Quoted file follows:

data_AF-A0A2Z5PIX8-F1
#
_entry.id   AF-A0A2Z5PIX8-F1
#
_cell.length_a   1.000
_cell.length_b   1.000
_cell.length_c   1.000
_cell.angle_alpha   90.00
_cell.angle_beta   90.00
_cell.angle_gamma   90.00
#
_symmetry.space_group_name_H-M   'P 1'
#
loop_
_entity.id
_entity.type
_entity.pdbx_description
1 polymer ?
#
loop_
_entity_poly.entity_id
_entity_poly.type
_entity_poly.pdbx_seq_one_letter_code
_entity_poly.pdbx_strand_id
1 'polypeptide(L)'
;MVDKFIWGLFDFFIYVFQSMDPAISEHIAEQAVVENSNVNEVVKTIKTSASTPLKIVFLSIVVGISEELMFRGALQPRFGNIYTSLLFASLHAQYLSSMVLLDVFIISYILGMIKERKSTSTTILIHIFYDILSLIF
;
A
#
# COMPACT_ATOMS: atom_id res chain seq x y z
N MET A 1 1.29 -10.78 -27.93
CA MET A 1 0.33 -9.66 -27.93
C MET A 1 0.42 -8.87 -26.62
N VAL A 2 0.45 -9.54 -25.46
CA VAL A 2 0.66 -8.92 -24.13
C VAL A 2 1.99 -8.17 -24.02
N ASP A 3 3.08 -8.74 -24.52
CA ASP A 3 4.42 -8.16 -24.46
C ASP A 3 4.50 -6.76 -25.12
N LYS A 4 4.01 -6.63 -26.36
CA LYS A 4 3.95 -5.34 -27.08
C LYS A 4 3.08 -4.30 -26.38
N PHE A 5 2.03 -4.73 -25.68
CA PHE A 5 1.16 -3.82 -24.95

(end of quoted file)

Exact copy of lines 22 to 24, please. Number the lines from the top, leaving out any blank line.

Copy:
_entity_poly.type
_entity_poly.pdbx_seq_one_letter_code
_entity_poly.pdbx_strand_id